As a kid growing up in Seattle, Bellevue was kind of a punchline. Not that the mass of suburbia we collectively called the Eastside wasn’t a nice place — it’s home to Microsoft and, at the time, had more designer shopping than Seattle. But it was the boujee, gas-guzzling, expensive-shopping antithesis to grungy, vintage-chic Seattle. It was a generic home of fancy things with no soul and nothing to do that we only visited for back-to-school shopping and lunch at the Cheesecake Factory.

And outside of Seattle, nobody had heard of the place.

But as Seattle morphed into a tech-fueled mega-city, its neighbor to the east began to forge its own identity. The Eastside became the less-crowded jumping off point for the best things about the state of Washington: wilderness, beer, creative food, and outdoor recreation. Leveraging its location between one of the top wine-tasting destinations in America and some of the most spectacular scenery in the world, Bellevue has become almost as worth visiting as its big brother to the west.

A designer hotel marks the arrival of a destination.

Photo: W Bellevue/Facebook

Bellevue has a W. People in Seattle don’t even know Bellevue has a W, but if there’s a sign that the city has grown out of its bedroom-community reputation, that’s it. Because you don’t get the same hotels as Dubai and Barcelona when all you have to offer is a mall.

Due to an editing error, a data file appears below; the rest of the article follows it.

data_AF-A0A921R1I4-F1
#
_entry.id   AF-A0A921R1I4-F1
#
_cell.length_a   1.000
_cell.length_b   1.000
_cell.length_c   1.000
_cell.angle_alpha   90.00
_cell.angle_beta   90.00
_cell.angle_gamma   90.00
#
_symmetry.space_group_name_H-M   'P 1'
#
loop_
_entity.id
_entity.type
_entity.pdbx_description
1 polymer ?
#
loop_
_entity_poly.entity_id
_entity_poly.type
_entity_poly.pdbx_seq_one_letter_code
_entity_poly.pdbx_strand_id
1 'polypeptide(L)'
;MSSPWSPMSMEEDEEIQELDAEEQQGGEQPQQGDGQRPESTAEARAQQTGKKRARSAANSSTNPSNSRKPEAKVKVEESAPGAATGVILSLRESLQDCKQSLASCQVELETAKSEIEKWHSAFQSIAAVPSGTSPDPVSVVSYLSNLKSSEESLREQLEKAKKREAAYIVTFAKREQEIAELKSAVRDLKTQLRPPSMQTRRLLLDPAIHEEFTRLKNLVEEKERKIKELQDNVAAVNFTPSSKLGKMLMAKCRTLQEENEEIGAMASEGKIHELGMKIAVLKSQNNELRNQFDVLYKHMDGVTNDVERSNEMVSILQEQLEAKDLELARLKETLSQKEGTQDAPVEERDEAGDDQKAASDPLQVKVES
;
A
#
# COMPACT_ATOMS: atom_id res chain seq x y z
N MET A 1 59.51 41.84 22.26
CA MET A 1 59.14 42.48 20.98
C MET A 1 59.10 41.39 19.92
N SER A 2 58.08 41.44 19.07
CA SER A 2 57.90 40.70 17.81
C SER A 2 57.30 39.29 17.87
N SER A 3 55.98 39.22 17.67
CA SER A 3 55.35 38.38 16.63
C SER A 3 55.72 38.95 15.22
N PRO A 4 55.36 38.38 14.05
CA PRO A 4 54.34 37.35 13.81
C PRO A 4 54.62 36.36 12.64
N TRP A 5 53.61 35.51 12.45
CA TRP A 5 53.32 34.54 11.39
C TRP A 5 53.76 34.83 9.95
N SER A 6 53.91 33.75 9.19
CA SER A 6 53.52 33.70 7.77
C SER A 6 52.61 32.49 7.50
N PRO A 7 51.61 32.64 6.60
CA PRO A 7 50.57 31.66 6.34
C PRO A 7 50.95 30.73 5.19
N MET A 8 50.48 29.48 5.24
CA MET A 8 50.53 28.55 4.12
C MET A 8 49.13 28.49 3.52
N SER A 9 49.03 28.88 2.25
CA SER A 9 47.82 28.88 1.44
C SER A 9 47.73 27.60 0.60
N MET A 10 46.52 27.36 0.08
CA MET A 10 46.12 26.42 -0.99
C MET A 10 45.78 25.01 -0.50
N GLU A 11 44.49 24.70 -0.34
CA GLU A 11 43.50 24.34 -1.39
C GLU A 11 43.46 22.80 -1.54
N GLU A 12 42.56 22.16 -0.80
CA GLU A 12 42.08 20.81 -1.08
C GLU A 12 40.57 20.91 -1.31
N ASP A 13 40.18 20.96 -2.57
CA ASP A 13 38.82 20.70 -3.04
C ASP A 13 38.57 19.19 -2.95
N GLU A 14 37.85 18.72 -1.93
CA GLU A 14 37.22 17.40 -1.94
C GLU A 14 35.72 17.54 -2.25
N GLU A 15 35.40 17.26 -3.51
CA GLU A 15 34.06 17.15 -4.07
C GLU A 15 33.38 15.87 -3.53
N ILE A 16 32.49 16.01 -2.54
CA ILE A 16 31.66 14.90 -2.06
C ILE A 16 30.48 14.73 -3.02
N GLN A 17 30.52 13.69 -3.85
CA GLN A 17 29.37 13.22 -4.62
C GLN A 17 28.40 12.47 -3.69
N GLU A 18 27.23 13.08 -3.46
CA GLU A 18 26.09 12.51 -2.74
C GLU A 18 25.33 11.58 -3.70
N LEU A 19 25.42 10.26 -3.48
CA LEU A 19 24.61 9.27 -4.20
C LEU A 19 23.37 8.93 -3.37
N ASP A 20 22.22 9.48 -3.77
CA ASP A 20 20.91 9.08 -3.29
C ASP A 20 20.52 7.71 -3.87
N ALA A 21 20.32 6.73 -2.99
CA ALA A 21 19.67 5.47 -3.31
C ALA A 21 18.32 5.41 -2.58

The W’s designers knew exactly what the city offered when developing the hotel’s theme. It has the feel of a wealthy, stylish relative’s summer lake house, done up in light woods with big windows and a stacked bar. It interprets the Eastside as a place of modern luxury, with easy access to the outdoors and fine wine. Like Napa with mountains — and a bigger skyline.

“As an Eastside girl who grew up here, everybody thought of this as the uncool place to hang out, but you’ve gotta look at it in a different way,” Julia Amodt, the W’s resident Insider, told me as we sipped cocktails on hanging chairs, gazing out at Bellevue’s modern skyline from the Living Room. In my hand was a spicy pineapple margarita made with Patron and habanero agave, the kind of drink nobody saw in Bellevue a decade ago but is endemic in W’s cocktail bars. “This is the kind of location you go to if you want to go paddleboarding or hiking or kayaking one day, then come back and maybe get a massage at the spa and eat dinner, then go wine tasting the next.”